For the first half of “Elfquest: The Final Quest” #3, it’s easy to get a little antsy, but perhaps not for the reason that you’d expect from Wendy and Richard Pini. The new installment from what promises to be the final big “Elfquest” series inches along, re-introducing characters even as elves half a world away from the main action talk amongst themselves. But by the end of the issue, the Pinis have rallied a bit and end the issue with a bang. Literally.
It’s a bit of a shame that “Elfquest: The Final Quest” #3 starts off so slowly. No doubt the subplots involving characters like Strongbow, Moonshade and Windkin will eventually pay off. And considering that those early pages focus on a lot of the core characters that long-time “Elfquest” readers grew to love, I understand the Pinis’ desire to not go an issue without checking in on them at least a little bit. Having an issue without Cutter, Leetah, Sunsteram or even Savah would be a little odd, and after all they’re going to get pulled into the main storyline sooner or later. But with Ember’s tribe being the one in jeopardy, constantly pulling away to check in on everyone else feels like a tease; doubly so when there’s even a page that stops to reintroduce all of the members of that tribe.
But then you get to the final pages of the comic, and everything’s turned upside down. The Pinis have always done a good job of advancing the technology on Abode (especially after the huge jump forward within the pages of “Elfquest: Kings of the Broken Wheel”), beginning the series when humanity were savages, and advancing them to a medieval society. This latest addition to the world of “Elfquest” is a huge game-changer, though, just as it was in our own history. With the elves normally holding the upper hand with those who have had extra powers, this not only levels the playing field, it tilts it in the favor of humans. Suddenly, the subtitle of, “The Final Quest” has an even more ominous meaning than before.
Wendy Pini’s art continues to look as good as ever. Pulling down some of my collected volumes from the ’80s, characters like Moonshade haven’t changed their basic appearance at all, but they’re a little more refined and textured now. Her hair, for instance, looks much fuller and more full of life. Wendy Pini is also still great when it comes to facial expressions. Just look at the bottom of page 6, with the Djun and Ember staring at one another. The way they lock eyes, the set expression on Ember’s face even as the Djun talks to her… it’s wonderfully ominous and creepy. And just as a sidenote, I appreciate greatly that the humans of Abode (or at least the ones that we’re seeing) aren’t the typical Caucasian faces that you’d almost expect. Instead, their Eurasian features and manner of clothing add a certain level of extra interest, matching well with how the structure of the Djun’s political structure brings to mind the Mongols.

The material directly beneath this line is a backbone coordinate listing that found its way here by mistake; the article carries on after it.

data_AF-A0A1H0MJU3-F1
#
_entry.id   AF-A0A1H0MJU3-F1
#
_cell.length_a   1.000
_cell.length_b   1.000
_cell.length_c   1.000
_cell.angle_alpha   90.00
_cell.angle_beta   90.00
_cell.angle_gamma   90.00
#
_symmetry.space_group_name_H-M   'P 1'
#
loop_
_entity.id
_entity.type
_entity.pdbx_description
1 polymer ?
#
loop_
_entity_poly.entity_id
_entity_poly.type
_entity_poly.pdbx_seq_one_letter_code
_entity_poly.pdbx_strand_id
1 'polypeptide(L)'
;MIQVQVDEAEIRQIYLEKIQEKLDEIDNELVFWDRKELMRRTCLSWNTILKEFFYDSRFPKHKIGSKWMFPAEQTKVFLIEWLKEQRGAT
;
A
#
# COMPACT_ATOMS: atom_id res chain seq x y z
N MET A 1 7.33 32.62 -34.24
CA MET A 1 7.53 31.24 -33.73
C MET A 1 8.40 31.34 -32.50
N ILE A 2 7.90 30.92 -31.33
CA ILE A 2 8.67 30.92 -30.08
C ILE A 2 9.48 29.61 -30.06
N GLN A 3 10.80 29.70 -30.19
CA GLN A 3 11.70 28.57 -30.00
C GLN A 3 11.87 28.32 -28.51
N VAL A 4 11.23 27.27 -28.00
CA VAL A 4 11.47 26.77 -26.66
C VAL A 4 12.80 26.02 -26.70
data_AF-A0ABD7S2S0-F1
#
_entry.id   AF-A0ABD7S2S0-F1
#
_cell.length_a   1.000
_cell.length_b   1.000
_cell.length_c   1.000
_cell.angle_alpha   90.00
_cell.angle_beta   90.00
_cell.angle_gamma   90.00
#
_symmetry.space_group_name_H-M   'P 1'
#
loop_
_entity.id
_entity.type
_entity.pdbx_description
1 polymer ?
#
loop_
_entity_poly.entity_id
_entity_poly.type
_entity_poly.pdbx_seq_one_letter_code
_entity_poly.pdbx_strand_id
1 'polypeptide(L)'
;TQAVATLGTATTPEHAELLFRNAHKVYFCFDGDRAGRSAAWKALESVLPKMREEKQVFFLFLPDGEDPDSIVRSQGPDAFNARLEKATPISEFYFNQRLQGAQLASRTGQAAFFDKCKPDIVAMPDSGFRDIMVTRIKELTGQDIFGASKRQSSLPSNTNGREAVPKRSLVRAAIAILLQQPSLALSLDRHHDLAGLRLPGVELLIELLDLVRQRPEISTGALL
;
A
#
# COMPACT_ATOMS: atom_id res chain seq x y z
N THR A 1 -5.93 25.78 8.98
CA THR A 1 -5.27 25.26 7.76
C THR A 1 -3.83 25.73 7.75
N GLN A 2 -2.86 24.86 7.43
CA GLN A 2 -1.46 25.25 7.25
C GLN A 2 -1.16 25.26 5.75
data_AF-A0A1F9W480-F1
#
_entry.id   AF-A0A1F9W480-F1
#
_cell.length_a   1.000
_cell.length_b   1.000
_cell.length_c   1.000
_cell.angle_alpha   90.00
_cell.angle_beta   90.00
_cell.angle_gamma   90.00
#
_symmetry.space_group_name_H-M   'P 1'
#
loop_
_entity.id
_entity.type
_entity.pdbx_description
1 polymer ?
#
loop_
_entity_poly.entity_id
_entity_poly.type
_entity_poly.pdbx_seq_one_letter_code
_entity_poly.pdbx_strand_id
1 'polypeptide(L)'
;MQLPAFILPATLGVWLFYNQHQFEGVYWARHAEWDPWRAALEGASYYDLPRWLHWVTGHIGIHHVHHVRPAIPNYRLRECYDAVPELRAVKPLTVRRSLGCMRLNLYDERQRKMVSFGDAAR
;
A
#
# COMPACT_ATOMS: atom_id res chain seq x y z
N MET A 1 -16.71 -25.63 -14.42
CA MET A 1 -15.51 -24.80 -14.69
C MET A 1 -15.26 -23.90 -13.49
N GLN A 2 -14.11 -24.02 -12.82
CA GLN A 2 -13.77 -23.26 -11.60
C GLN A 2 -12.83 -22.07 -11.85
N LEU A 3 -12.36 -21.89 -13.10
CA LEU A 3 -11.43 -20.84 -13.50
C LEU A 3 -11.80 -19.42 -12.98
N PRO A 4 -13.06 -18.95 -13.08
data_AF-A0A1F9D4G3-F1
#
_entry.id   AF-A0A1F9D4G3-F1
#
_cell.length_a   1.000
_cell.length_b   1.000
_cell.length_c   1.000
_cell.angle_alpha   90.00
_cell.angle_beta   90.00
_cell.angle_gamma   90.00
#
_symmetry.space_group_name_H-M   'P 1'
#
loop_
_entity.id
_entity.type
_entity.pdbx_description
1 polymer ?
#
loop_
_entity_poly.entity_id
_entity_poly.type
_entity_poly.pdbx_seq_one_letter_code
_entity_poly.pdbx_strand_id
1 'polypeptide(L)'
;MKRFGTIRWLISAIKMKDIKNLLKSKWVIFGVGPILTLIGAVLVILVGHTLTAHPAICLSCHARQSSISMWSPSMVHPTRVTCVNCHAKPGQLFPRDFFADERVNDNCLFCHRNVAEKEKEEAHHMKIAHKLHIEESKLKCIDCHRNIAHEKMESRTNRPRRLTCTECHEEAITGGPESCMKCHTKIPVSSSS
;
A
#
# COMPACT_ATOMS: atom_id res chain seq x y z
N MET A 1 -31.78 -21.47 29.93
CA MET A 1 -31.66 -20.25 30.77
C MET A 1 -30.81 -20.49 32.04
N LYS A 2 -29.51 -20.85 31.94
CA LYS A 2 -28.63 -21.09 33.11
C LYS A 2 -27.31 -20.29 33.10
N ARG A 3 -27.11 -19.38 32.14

It’s fun to have an ongoing “Elfquest” series published once more, and one that feels like it has some big and strong consequences. (Also, for those who only read the collected editions, you’ll have a nice surprise with the reprinting of the “A Day in the Lives” gag cartoons that us super-long-time readers would occasionally find in the letter columns.) Where do we go from here? I’m not sure, but I’m already eager to find out what happens next.